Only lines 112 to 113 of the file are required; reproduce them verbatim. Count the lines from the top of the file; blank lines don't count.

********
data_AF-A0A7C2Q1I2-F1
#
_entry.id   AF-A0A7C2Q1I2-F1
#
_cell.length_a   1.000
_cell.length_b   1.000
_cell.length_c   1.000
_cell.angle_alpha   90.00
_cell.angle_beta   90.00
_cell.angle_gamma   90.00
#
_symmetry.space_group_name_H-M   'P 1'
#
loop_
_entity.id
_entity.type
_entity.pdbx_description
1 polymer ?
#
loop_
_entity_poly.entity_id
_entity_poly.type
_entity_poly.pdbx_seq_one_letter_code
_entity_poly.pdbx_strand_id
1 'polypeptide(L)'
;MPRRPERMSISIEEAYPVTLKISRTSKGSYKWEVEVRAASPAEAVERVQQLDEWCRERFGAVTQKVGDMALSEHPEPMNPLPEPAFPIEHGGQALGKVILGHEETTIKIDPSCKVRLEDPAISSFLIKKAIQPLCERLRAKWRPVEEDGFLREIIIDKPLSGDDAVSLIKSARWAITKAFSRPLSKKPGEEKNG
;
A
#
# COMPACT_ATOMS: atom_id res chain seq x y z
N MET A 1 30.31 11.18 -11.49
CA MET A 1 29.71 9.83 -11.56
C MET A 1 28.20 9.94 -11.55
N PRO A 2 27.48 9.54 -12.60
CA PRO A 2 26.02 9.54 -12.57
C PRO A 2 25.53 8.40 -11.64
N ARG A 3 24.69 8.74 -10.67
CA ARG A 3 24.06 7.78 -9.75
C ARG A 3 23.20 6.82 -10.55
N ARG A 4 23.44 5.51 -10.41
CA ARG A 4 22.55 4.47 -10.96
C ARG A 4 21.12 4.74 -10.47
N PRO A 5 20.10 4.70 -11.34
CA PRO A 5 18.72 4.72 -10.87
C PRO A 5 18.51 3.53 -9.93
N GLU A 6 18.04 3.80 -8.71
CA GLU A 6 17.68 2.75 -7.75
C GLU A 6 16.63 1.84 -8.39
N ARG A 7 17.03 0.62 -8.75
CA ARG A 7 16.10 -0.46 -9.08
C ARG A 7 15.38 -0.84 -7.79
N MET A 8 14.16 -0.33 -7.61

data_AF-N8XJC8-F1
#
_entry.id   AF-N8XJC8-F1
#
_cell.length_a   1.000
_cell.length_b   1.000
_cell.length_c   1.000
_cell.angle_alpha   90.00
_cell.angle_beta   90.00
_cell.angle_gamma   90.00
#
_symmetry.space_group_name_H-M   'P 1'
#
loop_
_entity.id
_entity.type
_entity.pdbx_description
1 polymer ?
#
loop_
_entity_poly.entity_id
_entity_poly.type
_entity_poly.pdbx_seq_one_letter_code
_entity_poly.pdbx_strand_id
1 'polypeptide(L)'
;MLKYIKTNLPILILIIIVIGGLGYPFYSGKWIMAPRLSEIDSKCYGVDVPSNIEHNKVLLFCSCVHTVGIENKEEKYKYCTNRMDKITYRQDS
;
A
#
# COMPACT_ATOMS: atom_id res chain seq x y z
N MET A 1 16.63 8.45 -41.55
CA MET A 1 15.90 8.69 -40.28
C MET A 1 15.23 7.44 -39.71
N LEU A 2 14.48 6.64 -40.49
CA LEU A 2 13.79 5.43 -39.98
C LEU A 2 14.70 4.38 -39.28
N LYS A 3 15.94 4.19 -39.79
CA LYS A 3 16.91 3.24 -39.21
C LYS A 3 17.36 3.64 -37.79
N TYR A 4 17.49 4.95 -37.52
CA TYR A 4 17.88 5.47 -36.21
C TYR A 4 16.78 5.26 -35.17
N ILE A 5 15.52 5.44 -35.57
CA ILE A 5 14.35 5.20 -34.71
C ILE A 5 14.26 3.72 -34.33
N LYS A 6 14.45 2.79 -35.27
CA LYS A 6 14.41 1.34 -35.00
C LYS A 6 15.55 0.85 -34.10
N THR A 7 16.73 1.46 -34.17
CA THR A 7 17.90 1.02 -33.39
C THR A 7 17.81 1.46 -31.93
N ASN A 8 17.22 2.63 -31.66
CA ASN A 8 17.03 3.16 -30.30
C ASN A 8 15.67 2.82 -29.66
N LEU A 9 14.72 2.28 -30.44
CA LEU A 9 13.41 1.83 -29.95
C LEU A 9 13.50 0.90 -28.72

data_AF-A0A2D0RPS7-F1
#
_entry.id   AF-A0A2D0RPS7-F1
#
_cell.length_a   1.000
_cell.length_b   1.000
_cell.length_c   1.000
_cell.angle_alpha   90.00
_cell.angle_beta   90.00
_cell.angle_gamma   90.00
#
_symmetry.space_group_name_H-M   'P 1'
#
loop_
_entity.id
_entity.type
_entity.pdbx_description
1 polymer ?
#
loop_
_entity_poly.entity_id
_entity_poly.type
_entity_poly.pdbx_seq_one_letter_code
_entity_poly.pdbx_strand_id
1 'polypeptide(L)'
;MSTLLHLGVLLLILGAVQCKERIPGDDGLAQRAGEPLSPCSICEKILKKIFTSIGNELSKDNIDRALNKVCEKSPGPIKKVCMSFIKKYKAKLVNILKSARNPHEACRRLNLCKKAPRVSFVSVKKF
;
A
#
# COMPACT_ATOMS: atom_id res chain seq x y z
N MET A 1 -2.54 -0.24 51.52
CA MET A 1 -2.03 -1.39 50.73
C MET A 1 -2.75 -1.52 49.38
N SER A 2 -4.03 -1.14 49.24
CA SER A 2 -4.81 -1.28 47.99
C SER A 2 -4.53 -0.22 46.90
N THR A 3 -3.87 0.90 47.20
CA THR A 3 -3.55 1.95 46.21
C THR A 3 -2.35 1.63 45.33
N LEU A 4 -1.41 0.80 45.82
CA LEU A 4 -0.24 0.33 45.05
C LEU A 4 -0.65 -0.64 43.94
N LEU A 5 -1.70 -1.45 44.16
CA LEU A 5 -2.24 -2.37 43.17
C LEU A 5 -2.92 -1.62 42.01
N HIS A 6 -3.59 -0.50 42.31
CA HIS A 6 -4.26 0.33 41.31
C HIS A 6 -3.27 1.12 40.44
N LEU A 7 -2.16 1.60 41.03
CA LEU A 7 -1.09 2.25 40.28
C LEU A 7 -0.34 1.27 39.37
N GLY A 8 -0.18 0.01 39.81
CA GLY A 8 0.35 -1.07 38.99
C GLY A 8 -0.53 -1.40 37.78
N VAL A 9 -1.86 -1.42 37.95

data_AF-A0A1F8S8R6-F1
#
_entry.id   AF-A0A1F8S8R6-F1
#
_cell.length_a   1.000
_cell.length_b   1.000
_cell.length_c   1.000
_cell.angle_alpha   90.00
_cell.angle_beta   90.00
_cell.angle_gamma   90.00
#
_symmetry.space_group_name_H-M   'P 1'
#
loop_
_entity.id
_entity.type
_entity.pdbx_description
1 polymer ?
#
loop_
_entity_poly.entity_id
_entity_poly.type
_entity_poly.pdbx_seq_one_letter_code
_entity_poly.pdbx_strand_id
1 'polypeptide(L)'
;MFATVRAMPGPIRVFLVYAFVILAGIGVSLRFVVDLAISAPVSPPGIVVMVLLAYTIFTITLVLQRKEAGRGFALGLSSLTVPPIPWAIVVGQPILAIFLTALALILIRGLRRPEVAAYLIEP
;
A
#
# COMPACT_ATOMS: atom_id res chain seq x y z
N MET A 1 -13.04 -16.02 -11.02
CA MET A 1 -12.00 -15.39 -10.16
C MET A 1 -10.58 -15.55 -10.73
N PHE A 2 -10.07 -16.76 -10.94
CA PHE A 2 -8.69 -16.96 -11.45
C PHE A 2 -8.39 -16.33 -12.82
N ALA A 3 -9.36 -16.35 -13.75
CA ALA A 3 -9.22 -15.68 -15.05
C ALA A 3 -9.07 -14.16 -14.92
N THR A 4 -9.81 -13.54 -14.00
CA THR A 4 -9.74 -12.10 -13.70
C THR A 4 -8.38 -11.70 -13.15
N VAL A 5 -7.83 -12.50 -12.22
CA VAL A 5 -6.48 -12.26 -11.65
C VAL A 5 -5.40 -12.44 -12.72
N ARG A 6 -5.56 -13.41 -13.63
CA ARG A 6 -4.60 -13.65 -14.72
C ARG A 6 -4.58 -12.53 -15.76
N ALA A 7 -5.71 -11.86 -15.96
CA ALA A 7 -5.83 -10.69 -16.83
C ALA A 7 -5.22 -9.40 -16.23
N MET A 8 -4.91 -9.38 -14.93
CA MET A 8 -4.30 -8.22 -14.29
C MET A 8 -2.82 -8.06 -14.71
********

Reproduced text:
_entry.id   AF-A0A2D0RPS7-F1
#